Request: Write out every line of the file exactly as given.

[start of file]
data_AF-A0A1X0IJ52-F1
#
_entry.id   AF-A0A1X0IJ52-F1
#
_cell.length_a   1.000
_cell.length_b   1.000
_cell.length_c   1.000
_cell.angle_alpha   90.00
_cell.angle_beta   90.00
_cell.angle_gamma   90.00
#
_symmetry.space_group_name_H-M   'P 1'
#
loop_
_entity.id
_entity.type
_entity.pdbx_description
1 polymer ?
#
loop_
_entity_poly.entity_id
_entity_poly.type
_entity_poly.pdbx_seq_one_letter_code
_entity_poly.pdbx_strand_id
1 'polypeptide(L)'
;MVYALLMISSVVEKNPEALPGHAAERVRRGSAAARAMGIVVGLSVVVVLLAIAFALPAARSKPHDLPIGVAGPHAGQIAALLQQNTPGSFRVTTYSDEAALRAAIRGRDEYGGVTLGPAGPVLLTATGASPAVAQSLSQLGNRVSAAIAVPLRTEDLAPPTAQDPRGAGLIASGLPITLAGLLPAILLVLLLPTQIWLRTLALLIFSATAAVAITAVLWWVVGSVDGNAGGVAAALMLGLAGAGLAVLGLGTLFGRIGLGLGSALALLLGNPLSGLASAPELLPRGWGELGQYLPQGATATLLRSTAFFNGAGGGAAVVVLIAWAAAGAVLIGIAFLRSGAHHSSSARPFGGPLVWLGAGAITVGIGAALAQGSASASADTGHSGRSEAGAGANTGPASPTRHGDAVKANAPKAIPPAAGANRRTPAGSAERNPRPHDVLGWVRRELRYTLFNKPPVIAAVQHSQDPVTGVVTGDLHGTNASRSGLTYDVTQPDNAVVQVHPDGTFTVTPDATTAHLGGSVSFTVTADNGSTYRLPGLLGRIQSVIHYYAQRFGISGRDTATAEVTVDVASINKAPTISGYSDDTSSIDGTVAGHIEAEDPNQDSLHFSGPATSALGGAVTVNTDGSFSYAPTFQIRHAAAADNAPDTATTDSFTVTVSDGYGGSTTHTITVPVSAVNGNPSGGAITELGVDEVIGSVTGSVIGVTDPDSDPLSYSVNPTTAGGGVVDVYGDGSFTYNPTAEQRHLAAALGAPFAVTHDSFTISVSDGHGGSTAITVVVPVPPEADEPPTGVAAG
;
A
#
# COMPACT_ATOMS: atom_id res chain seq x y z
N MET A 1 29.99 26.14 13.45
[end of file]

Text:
data_AF-A0A1X0IJ52-F1
#
_entry.id   AF-A0A1X0IJ52-F1
#
_cell.length_a   1.000
_cell.length_b   1.000
_cell.length_c   1.000
_cell.angle_alpha   90.00
_cell.angle_beta   90.00
_cell.angle_gamma   90.00
#
_symmetry.space_group_name_H-M   'P 1'
#
loop_
_entity.id
_entity.type
_entity.pdbx_description
1 polymer ?
#
loop_
_entity_poly.entity_id
_entity_poly.type
_entity_poly.pdbx_seq_one_letter_code
_entity_poly.pdbx_strand_id
1 'polypeptide(L)'
;MVYALLMISSVVEKNPEALPGHAAERVRRGSAAARAMGIVVGLSVVVVLLAIAFALPAARSKPHDLPIGVAGPHAGQIAALLQQNTPGSFRVTTYSDEAALRAAIRGRDEYGGVTLGPAGPVLLTATGASPAVAQSLSQLGNRVSAAIAVPLRTEDLAPPTAQDPRGAGLIASGLPITLAGLLPAILLVLLLPTQIWLRTLALLIFSATAAVAITAVLWWVVGSVDGNAGGVAAALMLGLAGAGLAVLGLGTLFGRIGLGLGSALALLLGNPLSGLASAPELLPRGWGELGQYLPQGATATLLRSTAFFNGAGGGAAVVVLIAWAAAGAVLIGIAFLRSGAHHSSSARPFGGPLVWLGAGAITVGIGAALAQGSASASADTGHSGRSEAGAGANTGPASPTRHGDAVKANAPKAIPPAAGANRRTPAGSAERNPRPHDVLGWVRRELRYTLFNKPPVIAAVQHSQDPVTGVVTGDLHGTNASRSGLTYDVTQPDNAVVQVHPDGTFTVTPDATTAHLGGSVSFTVTADNGSTYRLPGLLGRIQSVIHYYAQRFGISGRDTATAEVTVDVASINKAPTISGYSDDTSSIDGTVAGHIEAEDPNQDSLHFSGPATSALGGAVTVNTDGSFSYAPTFQIRHAAAADNAPDTATTDSFTVTVSDGYGGSTTHTITVPVSAVNGNPSGGAITELGVDEVIGSVTGSVIGVTDPDSDPLSYSVNPTTAGGGVVDVYGDGSFTYNPTAEQRHLAAALGAPFAVTHDSFTISVSDGHGGSTAITVVVPVPPEADEPPTGVAAG
;
A
#
# COMPACT_ATOMS: atom_id res chain seq x y z
N MET A 1 29.99 26.14 13.45